In theater, there are always three elements to every performance: pre-show (preparation), performance (show) and post-show (variable). As a young actor, I loved the first two elements and dreaded the last one. When I could surreptitiously slip through the stage door, I was delighted, but leaving the theater through the lobby was stressful; audience members might notice me and comment on my work or – worse – notice and then ignore me. Those moments were intensified on occasion by an even more frightening scenario: meeting an industry professional. Having agents or directors in the audience sent me milling about the lobby, glad-handing like a candidate for town counsel, stammering over every word I spoke.

Throughout my acting career, I had working relationships with three different agents, but only one of those associations was the result of networking; most of my work came from old-fashioned auditioning and strong existing affiliations. I was good at maintaining relationships with my cast- and crewmates, so I was top of mind when opportunities surfaced. These connections taught me to approach my off-stage network with the same five principles I employed in my successful onstage relationships.

1. Be Authentic

Actors create powerful onstage and on-camera relationships behind the scenes first, by bonding and connecting with others. Approaching co-workers with the mindset of a working friendship as opposed to a working relationship changes that relationship from transactional – “What do we need to do?” – to tractional – “What do we want to do, and what can we do together?” This approach requires being willing to spend time getting to know those around you to discover shared values, hopes, dreams, needs and lifestyles.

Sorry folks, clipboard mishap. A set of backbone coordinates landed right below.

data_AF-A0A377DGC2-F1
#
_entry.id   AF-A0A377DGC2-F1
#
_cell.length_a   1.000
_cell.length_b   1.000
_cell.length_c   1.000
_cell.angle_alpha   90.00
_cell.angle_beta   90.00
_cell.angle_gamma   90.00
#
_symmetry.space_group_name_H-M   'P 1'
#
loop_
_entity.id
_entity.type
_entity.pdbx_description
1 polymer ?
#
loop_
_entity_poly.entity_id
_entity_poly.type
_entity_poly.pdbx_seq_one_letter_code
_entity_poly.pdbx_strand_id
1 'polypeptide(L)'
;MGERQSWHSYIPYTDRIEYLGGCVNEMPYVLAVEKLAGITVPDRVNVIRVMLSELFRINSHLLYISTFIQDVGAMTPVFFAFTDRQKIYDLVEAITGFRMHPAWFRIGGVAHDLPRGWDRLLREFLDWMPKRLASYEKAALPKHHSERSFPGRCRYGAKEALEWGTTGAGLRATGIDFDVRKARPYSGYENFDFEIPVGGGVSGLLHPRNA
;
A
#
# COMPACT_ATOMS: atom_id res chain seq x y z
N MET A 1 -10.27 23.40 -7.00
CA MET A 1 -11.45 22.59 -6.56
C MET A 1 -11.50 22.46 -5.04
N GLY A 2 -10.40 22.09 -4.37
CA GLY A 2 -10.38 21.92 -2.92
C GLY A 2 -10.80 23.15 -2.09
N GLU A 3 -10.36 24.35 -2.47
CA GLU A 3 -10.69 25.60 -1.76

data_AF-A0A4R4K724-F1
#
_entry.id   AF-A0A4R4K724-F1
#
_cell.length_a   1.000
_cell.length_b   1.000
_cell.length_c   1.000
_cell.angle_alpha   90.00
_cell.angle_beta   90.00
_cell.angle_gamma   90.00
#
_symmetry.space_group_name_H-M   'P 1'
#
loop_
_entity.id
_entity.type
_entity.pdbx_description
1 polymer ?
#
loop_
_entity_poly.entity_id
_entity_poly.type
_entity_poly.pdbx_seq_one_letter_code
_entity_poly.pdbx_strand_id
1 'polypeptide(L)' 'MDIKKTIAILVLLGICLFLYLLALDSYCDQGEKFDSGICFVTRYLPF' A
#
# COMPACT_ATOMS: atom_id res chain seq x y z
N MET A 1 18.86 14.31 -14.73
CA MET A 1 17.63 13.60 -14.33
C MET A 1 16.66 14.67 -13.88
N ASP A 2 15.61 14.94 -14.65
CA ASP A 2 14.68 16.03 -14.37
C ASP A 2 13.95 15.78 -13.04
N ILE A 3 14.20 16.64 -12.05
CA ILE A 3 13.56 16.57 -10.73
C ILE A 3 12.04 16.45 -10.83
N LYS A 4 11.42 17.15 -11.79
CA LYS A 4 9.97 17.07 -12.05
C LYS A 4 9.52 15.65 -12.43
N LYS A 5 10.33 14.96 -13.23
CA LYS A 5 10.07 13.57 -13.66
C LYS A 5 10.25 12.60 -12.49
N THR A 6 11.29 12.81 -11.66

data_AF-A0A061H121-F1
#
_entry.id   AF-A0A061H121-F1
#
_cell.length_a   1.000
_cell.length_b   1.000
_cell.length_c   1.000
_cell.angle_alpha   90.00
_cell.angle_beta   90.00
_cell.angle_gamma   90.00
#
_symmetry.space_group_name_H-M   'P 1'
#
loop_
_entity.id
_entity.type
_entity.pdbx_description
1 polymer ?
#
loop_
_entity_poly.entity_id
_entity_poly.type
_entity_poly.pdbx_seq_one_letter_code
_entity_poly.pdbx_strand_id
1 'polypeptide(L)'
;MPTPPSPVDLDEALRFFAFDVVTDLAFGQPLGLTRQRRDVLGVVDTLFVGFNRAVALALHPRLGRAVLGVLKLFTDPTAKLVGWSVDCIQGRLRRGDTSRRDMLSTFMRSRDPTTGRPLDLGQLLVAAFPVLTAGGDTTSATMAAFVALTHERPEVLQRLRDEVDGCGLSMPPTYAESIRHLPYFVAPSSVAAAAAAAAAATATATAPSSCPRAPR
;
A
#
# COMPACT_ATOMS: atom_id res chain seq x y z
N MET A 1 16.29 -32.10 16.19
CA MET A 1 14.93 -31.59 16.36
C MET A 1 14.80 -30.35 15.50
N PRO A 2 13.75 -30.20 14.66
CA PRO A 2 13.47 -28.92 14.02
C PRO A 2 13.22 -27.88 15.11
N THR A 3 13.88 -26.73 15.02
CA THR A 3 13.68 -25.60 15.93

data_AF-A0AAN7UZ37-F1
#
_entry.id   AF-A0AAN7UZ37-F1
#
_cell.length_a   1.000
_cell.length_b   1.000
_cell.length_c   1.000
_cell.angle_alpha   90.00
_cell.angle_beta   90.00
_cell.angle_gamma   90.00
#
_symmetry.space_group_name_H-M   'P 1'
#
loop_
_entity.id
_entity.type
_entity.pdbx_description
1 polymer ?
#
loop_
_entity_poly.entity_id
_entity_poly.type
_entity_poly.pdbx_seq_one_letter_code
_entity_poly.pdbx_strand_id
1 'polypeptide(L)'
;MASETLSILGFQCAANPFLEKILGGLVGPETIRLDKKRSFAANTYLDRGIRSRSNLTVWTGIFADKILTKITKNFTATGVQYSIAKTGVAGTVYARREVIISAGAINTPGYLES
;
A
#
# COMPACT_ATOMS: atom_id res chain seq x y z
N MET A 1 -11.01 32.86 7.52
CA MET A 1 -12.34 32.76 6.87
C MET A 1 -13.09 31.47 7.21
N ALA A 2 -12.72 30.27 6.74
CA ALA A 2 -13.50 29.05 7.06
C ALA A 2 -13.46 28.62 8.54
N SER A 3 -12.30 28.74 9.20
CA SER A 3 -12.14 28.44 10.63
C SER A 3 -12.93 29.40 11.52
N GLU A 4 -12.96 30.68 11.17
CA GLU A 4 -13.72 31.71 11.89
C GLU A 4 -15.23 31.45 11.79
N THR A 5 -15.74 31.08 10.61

Since crewmembers often work more than performers, smart actors don’t limit their relationships to fellow castmates. Don’t limit your connections to the people on your team, in your line of business or in your department; you never know where the next opportunity lies. Make it a practice to know people with other job functions. I once got an audition with a theater director because of my friendly relationship with the company set designer. Gather a group for a monthly lunch, and invite people from other areas of the business. Form connections with people in your community organizations, and get to know your children’s friends’ parents or your spouse’s friends’ partners. Even if the newfound connections don’t pay off in professional rewards, you’ll have made another friend – and that’s a priceless reward.

2. Be Reliable

A director once hired me sight unseen for a staged reading based on a mutual director’s recommendation that I was “professional, easy to work with, always prepared and talented.” According to digital marketer, speaker and author Neil Patel, reliability is the top quality to possess in the leadership job market. Regardless of your talent, no one will want to work with you unless you demonstrate preparedness, thoroughness, trustworthiness, readiness and commitment in everything you undertake.

Take reliability further by bringing a sense of playfulness to what you do. Dave Hemsath, author of “301 Ways to Have Fun at Work,” writes that fun may be the single most important trait of a successful organization. When others know that working alongside you is not just good for the project but a good time, they will clamber to have you on their team.